Hawaii Department of Education Superintendent Christina Kishimoto does not have a traditional background in education. Before being a superintendent for three different school districts, she was a financial manager in New York City’s private sector.
Kishimoto received her Bachelor of Arts in English from Barnard College, her Master of Public Administration in Public Affairs and Policy from University of Connecticut, and her Doctorate in Education Administration from Columbia University. Her vision for the Hawaii school system is to build a “unique school system” where students are proud to attend, feel respected and honored, and are learning.
“I knew I wanted to go into education whether it was at the college level or K-12 level. As I got older I realize that the real change happens pre-k through 12th,” Kishimoto said. “I was always very passionate about the civil rights of kids and the right that we have in our democracy to have access to a great school and a great education. No matter how poor you are or rich you are – you should still have access to a great education no matter what.”
Kishimoto grew up in the South Bronx in New York City. She said it was a time where the city was suffering from a drug and violence crisis. After experiencing firsthand the effects of an underfunded public school system, Kishimoto made it her mission to improve the public school system for whoever she could. Her background in finance prepared her to work with the $2 billion budget for Hawaii’s Department Of Education to make the changes she envisioned.
“It was a difficult time and I remember thinking, even as I was growing up, that I had cousins who lived in other areas like in Long Island, and they went to beautiful schools and my school had the playground ripped out,” Kishimoto said. “We were sharing seats, we were sharing tables and desks, we had no curriculum materials. The teachers were doing the best they could and I remember thinking I want to do something where I can impact that no child should go to a school like this, should experience what I experienced growing up.”
The fight for equal education means “eclectic” work days for Kishimoto where she is moving back and forth between multiple tasks. She credits managing the stress of her job to her team.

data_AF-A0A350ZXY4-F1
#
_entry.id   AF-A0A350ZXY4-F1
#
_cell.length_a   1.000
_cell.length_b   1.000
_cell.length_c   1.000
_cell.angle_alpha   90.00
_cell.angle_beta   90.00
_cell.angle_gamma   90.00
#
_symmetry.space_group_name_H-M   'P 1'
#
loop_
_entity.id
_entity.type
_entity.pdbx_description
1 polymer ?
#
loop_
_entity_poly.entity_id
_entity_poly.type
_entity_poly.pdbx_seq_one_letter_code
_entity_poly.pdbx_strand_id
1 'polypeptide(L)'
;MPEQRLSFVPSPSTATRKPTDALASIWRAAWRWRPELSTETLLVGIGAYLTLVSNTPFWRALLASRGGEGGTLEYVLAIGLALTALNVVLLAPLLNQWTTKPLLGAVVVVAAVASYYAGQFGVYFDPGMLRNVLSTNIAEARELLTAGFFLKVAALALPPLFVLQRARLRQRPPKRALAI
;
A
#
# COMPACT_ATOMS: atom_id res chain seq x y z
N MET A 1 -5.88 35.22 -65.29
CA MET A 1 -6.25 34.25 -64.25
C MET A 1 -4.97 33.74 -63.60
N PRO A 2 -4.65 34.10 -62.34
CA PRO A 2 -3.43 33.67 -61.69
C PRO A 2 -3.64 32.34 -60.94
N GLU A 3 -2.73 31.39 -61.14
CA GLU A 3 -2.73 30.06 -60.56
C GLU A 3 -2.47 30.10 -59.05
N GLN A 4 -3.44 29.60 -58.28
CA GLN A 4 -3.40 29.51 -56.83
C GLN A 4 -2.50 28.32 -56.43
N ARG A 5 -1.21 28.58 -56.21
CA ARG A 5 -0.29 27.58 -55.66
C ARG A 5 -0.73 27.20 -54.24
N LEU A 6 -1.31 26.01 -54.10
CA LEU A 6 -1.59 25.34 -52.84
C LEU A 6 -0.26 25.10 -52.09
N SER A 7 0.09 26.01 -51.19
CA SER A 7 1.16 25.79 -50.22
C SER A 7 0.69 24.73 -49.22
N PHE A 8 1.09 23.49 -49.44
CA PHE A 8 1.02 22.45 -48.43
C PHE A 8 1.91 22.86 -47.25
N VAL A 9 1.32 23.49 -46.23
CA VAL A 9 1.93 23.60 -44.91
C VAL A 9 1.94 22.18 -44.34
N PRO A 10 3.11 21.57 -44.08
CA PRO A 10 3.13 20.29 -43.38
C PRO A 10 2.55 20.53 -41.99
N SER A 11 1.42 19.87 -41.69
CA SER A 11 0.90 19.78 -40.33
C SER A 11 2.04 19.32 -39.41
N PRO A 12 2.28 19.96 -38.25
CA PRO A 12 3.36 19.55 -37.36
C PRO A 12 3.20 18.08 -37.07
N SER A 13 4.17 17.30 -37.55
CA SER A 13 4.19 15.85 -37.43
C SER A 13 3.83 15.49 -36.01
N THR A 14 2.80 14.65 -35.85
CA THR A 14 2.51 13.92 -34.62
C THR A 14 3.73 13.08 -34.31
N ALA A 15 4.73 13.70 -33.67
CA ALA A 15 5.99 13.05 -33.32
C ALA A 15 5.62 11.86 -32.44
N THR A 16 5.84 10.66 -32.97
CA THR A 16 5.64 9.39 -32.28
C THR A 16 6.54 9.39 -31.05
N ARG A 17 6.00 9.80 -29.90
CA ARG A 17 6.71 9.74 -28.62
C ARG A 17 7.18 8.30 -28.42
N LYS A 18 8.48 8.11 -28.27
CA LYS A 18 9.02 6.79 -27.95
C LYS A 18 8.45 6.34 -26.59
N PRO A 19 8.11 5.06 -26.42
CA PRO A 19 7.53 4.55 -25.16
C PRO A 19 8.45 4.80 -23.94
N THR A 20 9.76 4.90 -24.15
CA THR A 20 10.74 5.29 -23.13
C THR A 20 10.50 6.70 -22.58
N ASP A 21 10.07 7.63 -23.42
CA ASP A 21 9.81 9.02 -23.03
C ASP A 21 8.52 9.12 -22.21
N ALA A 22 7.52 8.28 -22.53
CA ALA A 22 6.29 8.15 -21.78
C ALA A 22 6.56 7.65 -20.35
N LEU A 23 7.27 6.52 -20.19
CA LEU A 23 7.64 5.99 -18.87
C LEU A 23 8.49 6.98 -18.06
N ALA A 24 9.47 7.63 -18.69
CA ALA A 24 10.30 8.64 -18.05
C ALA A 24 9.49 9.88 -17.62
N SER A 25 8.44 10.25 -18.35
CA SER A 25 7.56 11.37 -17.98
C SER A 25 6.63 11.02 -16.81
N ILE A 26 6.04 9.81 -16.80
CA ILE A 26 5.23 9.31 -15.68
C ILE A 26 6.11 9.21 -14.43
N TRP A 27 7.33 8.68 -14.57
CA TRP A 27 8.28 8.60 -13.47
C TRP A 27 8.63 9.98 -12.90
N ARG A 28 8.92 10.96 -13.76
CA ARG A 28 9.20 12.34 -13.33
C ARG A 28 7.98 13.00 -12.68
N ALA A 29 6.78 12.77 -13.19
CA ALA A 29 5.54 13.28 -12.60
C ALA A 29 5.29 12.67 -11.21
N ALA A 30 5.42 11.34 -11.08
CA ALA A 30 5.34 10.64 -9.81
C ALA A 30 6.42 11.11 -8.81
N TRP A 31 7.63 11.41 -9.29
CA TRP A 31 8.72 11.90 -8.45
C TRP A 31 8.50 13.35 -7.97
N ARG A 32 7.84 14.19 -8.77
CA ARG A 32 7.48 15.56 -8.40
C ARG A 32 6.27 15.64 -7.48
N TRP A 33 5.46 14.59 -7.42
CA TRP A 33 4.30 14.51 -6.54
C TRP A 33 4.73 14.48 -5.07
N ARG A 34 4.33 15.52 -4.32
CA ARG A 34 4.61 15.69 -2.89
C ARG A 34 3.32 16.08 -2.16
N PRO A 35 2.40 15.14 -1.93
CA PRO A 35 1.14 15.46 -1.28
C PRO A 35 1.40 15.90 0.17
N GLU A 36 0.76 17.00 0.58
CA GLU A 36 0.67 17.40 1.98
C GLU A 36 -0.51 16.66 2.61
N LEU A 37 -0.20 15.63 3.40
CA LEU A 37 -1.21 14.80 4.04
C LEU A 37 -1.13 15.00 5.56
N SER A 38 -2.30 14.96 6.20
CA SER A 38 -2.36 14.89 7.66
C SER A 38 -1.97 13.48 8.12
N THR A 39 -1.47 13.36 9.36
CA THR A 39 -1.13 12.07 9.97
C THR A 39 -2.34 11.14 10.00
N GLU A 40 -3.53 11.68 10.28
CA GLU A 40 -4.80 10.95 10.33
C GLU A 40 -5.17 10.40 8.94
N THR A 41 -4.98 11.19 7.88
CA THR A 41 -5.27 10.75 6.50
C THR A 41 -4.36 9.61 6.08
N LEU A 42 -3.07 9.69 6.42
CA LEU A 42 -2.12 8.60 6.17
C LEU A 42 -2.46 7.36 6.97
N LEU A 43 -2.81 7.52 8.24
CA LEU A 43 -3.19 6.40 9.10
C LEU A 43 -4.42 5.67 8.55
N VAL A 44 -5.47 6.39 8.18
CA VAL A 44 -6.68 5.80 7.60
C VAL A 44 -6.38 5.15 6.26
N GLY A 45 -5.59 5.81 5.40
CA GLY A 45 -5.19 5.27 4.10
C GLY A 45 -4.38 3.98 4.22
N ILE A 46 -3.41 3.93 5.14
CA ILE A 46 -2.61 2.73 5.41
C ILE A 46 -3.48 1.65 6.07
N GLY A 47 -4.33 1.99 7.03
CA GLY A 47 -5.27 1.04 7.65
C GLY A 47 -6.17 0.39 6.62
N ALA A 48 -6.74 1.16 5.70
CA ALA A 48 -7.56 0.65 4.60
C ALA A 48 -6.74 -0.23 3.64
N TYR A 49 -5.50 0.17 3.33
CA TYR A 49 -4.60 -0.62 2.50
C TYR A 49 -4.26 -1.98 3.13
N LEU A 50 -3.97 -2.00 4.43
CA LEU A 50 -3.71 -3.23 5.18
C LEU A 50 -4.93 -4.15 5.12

“As superintendent, I manage a budget that’s over $2 billion and so we have lots of resources that have to be managed,” she said. “My background in the financial world was extremely important for readiness for this and then my background around issues of civil rights and access and equity that I did at Connecticut State Department of Education was also great background in terms of organization that’s focused on how much you provide quality access or equitable access to all students, no matter what school they go to so that they are guaranteed a great school program and a great school experience.”
According to Kishimoto, she has an eclectic schedule she tries to stick to.
“I start off of a schedule but there’s a lot of things that get squeezed in between and so I may be dealing with the budget and the next moment I’m dealing with personnel issues and next moment I’m dealing with a parent complaint. In the next moment I’m working with my board, in the next moment, I have a business partner who wants to talk to me, and the next moment I have a legislator who wants to meet with me,” Kishimoto said. “ One of the important things for me to be able to lead in that way is to be able to stop and start, stop and start and stay focus on whoever I’m working with at that moment.”
While there are a lot of things fit into her schedule, there are moments she values that make her busy job worth it.
“My favorite part of my days is when I get into schools and meet with students and meet with teachers and see what’s happening in the schools,” she said. “Everything I do as a leader is only as important as how much it impacts what’s happening with kids in the classroom.”
She is proud of what has been accomplished so far under her leadership.
“I think I’m most proud and really bringing heightened attention on this issue of equity and making sure that all of our students are having a positive experience. The other is really starting to impact the culture to have our teachers our administrators our staff feel really proud about working here. They have choices to work anywhere and they’re all very talented I am very proud to keep building a culture where they want to be here working in the public school system.”
She envisions greater things for Hawaii public schools.
“I hope that we can create a school system where our schools are all very unique and that students when they go to the school they feel like a great pride in being there and that they were part of designing that school,” she said. “School design is really important for me I don’t think one school has to look like the next school. They all just have to be great schools. The idea that all public schools have to look the same is a very old concept. I want to make sure that’s in the past and we’re creating these great schools that students come out of there saying I don’t want to miss a day tomorrow there’s great stuff it’s fun to learn and we feel respected and honored learning there.”